I’ve seen the same arguments made by people with autoimmune illnesses and people with anxiety and depression. Come over and do their laundry. Take them out to coffee. Bring them takeout. Organize the clutter that’s taken over their house These are all great gestures of friendship — but not obligatory. Managing your life and your illness will always be your responsibility.
I’ve struggled with anxiety and depression since before I knew what they were called. But I never felt like my friends or family should come over and do my laundry for me or stock my freezer with meals so I can just reheat when I’m too low to grocery shop and cook for myself. I needed friendship from my friends. Their company was the gift I most appreciated. The time they spent chatting with me was a salve every time. I never thought of them and my chores in the same sentence. But I happily fold laundry with a girlfriend of mine who is a full-time architect and single mom. We hang out when we can. And if she’s folding laundry while we catch up I reach over and start folding too. If we’re drinking wine in the kitchen I start doing dishes while she’s cooking or meal-prepping or mom-ing in general.
The difference is that she never implied that I had to because her time is more valuable than mine. And she never measured my value as her friend by how much of her housework I do. She thanks me and says how much she loves that we can hang out this way in the midst of her busy life.
3.) We have largely lost our collective village mentality. If we had the communal lifestyle of generations past we would be sharing the daily workload in a lot of ways that would alleviate the acute stress of our individual struggles. Not enough people have a close-knit community. Prayer chains and meal trains were a way of life before they had labels. We used to just call it community.
The calculations being made about what the salary of a stay-at-home parent would be don’t seem to be being made to their partner — the one with whom they share bills and chose to start a family. They should be sharing it with their partner if they feel their contribution of labor to the household “account” is being undervalued.
But instead, complaints are lobbed across the internet like “parents are not compensated for the work they do in the home.” The tone implies that they should be. By whom? It’s a passive statement. Who is supposed to be paying you to do your own laundry and dishes? The government? Your employer? That’s just adulting. A girlfriend of mine, who is always the first to say, “your hard is hard too”, is struggling right now. She is personally and professionally overwhelmed. I just don’t want to human right now. But she doesn’t expect anyone to human for her. She wants compassion, support, filthy memes to make her laugh and inspirational quotes to keep her motivated. She doesn’t expect anyone to be her stunt double.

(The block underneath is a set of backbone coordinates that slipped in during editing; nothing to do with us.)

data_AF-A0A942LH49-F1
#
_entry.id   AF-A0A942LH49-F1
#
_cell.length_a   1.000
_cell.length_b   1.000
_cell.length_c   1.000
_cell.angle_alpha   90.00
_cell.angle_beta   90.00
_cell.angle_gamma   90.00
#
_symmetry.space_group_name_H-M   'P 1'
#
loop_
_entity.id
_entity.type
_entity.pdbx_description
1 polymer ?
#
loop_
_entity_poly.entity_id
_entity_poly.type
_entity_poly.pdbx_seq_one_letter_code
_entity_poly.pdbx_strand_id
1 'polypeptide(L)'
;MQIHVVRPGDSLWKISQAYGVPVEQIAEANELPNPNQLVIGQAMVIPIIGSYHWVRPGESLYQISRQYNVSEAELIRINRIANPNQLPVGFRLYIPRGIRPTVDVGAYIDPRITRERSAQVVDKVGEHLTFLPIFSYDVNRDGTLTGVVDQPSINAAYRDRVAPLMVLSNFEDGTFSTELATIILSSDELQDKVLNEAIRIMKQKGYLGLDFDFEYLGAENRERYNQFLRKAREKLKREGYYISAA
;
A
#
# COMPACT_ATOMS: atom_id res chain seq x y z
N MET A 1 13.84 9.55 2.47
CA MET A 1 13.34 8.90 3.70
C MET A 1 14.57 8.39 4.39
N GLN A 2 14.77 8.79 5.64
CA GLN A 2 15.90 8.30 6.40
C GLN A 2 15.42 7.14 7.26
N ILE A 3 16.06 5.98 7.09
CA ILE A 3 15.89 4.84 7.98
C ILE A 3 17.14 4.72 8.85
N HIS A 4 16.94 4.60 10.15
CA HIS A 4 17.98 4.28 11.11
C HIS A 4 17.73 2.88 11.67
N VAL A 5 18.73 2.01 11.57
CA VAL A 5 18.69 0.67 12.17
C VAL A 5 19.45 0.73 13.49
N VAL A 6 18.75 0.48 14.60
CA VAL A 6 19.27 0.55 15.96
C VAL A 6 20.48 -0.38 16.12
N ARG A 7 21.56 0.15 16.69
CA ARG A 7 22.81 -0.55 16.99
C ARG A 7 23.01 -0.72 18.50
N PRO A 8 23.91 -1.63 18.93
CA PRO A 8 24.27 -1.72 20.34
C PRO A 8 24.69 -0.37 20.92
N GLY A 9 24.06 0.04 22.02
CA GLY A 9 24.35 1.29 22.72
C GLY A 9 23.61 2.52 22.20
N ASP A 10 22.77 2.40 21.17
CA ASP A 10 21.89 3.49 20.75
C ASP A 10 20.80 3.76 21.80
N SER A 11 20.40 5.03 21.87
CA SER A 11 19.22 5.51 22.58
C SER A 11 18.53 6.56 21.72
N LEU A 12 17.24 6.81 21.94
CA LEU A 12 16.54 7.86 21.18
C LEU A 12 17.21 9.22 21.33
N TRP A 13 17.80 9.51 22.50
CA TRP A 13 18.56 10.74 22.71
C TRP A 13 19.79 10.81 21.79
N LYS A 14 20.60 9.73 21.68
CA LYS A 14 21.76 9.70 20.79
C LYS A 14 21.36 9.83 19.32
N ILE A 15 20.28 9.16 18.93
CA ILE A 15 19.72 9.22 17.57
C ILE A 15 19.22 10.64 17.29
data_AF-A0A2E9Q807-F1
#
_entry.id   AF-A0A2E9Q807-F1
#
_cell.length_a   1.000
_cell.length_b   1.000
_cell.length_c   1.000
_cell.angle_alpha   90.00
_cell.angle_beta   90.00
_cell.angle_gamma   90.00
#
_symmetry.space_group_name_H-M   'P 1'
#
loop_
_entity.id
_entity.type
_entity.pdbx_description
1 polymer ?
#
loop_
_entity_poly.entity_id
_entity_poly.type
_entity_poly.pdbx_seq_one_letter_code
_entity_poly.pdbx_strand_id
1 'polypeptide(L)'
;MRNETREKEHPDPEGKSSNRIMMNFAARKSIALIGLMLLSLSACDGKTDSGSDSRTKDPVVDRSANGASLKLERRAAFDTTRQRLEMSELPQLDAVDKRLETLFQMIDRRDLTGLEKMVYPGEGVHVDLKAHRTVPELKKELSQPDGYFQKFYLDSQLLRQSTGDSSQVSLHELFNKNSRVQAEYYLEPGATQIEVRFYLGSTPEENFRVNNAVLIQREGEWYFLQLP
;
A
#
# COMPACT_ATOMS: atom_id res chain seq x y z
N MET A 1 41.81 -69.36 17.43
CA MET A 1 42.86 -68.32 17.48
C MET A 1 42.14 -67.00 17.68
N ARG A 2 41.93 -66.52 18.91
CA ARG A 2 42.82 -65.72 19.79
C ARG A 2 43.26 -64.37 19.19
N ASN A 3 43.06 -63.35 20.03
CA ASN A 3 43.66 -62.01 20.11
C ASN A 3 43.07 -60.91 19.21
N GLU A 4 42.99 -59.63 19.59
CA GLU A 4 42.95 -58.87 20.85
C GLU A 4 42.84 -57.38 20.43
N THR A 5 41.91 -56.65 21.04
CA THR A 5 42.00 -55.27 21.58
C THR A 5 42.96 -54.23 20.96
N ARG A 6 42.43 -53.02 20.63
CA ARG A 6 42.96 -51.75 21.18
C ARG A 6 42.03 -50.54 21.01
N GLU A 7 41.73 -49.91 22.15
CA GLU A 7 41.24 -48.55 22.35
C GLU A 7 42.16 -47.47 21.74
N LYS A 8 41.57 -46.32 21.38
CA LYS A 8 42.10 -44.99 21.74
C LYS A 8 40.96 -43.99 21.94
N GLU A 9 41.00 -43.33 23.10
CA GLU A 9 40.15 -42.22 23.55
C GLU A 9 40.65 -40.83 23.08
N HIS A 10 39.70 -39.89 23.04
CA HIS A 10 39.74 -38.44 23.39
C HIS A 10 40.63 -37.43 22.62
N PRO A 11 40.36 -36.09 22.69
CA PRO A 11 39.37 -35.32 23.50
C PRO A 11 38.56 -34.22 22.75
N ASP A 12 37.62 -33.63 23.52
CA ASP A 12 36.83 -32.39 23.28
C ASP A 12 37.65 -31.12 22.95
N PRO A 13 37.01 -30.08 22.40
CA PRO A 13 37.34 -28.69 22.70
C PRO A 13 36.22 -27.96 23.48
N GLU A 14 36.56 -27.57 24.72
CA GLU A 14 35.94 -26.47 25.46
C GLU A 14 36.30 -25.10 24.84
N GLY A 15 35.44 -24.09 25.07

The world doesn’t stop spinning just because we’re exhausted. It never stops. That is also a blessing we can be grateful for. And no one should have to prove their love by relieving us of our responsibilities, especially since theirs don’t stop just because ours are overwhelming.
“In a pinch? Happy to help! Overpacked your life? Time to adjust your world.”
When you’re trying to ask for help, please don’t imply that your suffering is greater than someone else’s and they are therefore morally obliged to help you. Stop competing. Stop saying things like “you have no idea.” Your reader very likely does. Don’t alienate them by trying to one-up them because you’re shaming them for not proactively intuiting your needs. Just ask for help because it would help you not because those around you are morally bereft if they don’t. What if you scheduled a time when you could both work on lasagnas together? What if you combined forces to divide the labor instead of hoping for free deliveries?
Of course we would all be deeper fuller richer more spiritual beings if someone else was doing all of our grunt work so we could delve into personal growth and development, ambitious career goals, fitness goals and creative pursuits. But who cleans the housekeeper’s house?
Wiping your own ass keeps you humble. Forgive me for such a vulgarity but why shouldn’t we be doing our own dishes, laundry, mopping and grocery shopping? Who exactly is supposed to come along and relieve us of life’s daily necessities so we can luxuriate in quality family time, me-cations, staycations, vacations and career advancement unfettered by the attendant obligations that come from simply living?
One of my best friends put it like this: “It would be rad to outsource responsibilities. People do it all the time. It’s called a fucking job. And they get paid. But asking people to do your ‘low hanging fruit’ type tasks under the guise of a hard time has a shelf life. In a pinch? Happy to help! Overpacked your life? Time to adjust your world.”
If your partner isn’t doing enough, take it up with them. Have a heartfelt discussion and perhaps do it with a calendar and a pencil — with the specific objective of assigning tasks that balance the workload in a way that feels equitable for both.
If your community leaves you feeling isolated without a village start building one. Reach out at your church or your child’s school. Bring your neighbors a pie. Have your children walk the neighbor’s dog. If you have no time or money or energy, smile and wave. It’s a start.
Giving instead of asking can fill your heart in ways that might surprise you. Even if you’re exhausted. You never know who might be suffering more than you. And they might be eternally grateful you did.